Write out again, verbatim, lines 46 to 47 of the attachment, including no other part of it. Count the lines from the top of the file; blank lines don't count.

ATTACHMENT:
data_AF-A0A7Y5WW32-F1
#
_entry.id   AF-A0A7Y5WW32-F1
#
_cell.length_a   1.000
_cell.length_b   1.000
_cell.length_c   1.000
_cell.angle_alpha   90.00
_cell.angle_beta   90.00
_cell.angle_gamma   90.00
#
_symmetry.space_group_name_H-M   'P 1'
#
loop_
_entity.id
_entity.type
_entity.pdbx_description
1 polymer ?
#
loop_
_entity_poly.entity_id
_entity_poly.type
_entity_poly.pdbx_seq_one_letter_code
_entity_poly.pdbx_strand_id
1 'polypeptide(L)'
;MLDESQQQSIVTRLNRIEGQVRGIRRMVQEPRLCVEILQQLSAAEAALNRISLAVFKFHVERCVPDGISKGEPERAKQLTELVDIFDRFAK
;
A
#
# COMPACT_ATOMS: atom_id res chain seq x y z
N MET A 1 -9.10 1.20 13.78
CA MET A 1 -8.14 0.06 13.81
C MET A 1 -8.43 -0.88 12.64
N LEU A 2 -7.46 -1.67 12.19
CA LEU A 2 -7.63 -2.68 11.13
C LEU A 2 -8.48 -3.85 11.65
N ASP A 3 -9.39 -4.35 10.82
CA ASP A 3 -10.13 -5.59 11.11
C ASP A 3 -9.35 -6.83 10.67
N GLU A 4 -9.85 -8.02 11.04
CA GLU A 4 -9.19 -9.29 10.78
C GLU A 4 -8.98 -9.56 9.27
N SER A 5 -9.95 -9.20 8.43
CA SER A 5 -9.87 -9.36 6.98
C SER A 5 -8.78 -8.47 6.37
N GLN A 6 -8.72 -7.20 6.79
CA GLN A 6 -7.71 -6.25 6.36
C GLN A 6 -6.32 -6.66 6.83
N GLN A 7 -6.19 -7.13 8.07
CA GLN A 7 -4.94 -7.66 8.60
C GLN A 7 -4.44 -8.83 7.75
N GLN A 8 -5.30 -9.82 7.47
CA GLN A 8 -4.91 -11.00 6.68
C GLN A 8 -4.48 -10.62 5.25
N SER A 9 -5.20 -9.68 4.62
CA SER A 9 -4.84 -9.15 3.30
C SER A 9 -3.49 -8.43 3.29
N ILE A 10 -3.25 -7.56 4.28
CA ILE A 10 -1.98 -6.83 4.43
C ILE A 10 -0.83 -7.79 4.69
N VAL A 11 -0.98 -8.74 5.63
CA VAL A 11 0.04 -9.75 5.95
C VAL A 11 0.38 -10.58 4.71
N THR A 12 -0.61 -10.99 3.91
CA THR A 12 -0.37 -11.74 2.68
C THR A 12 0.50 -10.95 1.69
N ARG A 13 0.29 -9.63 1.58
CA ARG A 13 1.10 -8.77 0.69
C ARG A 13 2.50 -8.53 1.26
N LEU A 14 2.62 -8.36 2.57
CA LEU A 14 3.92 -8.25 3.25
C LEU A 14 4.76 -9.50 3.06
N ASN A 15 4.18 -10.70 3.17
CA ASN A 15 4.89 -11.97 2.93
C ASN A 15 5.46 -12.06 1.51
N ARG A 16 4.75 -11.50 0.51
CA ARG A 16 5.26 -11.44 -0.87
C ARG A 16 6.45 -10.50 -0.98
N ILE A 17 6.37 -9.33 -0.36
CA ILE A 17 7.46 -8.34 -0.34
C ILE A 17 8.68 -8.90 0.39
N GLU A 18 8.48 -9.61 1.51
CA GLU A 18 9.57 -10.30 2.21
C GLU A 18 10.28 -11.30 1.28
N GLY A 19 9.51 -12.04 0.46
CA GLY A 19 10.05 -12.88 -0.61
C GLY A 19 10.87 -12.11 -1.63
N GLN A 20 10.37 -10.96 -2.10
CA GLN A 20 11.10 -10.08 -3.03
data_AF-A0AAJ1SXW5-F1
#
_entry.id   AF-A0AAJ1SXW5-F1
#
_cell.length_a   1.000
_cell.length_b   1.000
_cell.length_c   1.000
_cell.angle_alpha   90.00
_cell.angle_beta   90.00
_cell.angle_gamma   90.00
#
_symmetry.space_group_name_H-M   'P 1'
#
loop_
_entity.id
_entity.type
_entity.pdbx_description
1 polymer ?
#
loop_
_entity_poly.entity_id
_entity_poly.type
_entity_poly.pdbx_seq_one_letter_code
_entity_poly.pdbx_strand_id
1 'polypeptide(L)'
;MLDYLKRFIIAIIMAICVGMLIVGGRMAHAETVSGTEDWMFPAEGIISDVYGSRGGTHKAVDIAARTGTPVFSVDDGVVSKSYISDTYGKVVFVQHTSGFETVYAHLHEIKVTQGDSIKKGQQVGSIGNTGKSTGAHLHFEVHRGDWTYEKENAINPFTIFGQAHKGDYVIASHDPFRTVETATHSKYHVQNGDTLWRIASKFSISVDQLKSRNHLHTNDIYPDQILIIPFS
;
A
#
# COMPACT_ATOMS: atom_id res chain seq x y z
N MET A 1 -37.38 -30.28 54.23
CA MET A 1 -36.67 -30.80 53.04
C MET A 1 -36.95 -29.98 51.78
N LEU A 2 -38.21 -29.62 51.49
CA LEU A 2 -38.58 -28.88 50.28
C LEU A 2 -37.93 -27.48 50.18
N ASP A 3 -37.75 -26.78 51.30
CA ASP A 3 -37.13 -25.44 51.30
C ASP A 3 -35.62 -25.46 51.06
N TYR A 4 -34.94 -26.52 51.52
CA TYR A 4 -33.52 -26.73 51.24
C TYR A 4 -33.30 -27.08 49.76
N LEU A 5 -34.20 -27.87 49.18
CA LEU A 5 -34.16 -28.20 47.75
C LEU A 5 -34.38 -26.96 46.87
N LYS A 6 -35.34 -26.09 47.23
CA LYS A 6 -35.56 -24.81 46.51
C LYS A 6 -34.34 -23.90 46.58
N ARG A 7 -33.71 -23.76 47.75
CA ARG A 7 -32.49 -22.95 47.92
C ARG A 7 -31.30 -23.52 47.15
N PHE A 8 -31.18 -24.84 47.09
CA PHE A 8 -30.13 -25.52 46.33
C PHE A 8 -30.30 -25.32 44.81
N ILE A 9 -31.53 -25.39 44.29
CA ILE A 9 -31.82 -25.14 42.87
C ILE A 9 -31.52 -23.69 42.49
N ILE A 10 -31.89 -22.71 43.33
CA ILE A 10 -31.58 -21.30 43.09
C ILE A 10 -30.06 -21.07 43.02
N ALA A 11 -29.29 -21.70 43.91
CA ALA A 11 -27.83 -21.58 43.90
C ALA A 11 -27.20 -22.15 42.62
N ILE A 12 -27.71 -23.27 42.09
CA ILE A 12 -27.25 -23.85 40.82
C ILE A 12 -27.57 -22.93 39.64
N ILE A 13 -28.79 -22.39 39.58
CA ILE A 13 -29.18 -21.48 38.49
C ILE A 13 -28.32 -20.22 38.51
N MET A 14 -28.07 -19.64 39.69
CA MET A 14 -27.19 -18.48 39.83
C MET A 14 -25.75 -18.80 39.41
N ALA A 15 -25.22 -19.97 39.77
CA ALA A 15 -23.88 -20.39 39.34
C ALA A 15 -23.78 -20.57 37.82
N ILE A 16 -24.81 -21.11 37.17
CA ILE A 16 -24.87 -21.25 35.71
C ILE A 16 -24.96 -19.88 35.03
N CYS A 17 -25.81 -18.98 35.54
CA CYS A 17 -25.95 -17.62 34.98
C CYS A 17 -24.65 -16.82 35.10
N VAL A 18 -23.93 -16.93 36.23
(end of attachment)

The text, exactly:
N GLN A 6 -8.72 -7.20 6.79
CA GLN A 6 -7.71 -6.25 6.36